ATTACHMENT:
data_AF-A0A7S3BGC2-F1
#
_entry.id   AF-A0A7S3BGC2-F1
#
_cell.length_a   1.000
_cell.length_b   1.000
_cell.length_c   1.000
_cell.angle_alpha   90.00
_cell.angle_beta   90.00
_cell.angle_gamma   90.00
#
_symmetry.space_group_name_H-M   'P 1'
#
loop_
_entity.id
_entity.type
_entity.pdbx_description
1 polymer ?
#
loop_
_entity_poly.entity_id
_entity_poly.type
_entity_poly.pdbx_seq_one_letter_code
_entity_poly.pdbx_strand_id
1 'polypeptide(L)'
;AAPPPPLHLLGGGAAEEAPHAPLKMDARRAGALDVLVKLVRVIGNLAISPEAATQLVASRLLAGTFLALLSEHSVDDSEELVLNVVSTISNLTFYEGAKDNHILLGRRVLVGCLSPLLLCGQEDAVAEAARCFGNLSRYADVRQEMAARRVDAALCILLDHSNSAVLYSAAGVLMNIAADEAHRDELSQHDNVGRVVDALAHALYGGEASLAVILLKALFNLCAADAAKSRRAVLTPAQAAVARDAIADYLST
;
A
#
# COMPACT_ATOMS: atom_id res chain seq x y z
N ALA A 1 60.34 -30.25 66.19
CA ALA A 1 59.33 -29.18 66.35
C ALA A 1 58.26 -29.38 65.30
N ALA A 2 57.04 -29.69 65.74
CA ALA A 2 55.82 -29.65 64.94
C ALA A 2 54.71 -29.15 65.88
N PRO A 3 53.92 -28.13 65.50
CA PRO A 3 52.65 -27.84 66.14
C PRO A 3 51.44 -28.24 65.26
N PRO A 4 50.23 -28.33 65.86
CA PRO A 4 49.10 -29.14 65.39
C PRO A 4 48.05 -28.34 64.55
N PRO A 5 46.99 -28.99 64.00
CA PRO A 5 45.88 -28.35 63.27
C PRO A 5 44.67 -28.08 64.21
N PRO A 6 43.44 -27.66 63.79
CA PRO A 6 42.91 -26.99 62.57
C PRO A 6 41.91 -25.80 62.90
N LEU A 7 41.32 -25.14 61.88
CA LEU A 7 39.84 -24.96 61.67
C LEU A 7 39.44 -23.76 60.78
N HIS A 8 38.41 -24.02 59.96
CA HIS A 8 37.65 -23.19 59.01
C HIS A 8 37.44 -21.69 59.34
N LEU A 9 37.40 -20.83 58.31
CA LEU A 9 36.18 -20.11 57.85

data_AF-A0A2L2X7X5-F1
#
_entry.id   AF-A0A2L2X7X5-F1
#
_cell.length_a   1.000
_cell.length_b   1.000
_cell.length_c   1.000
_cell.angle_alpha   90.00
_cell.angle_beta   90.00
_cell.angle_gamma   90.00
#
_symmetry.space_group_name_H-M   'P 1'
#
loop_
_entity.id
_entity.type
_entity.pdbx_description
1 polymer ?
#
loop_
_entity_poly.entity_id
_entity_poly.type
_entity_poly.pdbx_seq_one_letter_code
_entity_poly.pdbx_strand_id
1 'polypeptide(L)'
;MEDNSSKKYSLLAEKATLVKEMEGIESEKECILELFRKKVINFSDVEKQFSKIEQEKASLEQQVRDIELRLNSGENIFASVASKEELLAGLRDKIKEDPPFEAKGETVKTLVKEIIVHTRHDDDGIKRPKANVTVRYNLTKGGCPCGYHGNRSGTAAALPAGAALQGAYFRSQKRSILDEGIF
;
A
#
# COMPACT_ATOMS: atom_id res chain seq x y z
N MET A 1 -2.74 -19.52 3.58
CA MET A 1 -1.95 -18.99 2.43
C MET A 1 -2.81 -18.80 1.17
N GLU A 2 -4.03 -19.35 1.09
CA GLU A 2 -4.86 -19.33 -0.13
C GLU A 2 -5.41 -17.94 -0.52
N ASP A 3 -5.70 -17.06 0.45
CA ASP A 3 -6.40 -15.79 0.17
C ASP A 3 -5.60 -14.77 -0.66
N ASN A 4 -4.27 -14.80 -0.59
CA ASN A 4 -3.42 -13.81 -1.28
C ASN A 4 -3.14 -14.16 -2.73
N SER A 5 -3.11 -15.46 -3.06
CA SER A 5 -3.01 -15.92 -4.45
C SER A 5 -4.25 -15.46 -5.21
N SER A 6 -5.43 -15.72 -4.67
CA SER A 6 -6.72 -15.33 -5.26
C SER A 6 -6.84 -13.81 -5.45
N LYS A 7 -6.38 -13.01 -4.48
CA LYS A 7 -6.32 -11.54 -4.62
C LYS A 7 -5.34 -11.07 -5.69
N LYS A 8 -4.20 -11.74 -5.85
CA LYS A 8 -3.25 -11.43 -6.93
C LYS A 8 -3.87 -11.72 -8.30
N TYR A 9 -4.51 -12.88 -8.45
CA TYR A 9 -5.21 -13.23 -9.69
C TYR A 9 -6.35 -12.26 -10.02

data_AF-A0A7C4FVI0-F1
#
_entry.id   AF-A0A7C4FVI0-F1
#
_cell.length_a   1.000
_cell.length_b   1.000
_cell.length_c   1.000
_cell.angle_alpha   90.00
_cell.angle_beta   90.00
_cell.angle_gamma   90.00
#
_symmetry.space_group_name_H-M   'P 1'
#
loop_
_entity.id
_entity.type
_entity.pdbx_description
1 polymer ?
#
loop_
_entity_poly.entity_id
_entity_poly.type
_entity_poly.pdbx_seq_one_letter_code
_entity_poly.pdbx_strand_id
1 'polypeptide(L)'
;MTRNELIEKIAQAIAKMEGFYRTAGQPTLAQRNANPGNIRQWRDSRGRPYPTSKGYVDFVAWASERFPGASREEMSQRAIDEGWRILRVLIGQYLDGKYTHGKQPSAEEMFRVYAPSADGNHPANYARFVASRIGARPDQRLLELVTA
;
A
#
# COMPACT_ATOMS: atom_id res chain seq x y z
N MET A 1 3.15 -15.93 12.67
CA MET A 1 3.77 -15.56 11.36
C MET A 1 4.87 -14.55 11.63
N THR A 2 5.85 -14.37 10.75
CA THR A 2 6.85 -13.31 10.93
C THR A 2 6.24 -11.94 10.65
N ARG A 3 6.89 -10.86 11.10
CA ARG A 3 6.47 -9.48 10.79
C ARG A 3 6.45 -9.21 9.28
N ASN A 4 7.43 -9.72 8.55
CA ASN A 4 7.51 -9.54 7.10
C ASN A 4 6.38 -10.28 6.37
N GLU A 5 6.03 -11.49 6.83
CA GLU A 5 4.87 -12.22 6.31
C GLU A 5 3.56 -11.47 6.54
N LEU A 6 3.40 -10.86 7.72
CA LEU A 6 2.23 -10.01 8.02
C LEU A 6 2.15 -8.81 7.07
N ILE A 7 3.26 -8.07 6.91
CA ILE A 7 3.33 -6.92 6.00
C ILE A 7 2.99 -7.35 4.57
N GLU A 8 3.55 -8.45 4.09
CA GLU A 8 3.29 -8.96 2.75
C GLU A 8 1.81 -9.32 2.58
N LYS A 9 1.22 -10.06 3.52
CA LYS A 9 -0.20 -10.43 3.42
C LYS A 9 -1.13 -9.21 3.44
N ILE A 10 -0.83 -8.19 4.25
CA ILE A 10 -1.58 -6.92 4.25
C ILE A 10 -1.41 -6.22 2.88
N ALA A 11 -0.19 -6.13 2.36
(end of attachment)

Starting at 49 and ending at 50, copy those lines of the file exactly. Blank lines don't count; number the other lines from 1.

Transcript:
N LEU A 7 41.32 -25.14 61.88
CA LEU A 7 39.84 -24.96 61.67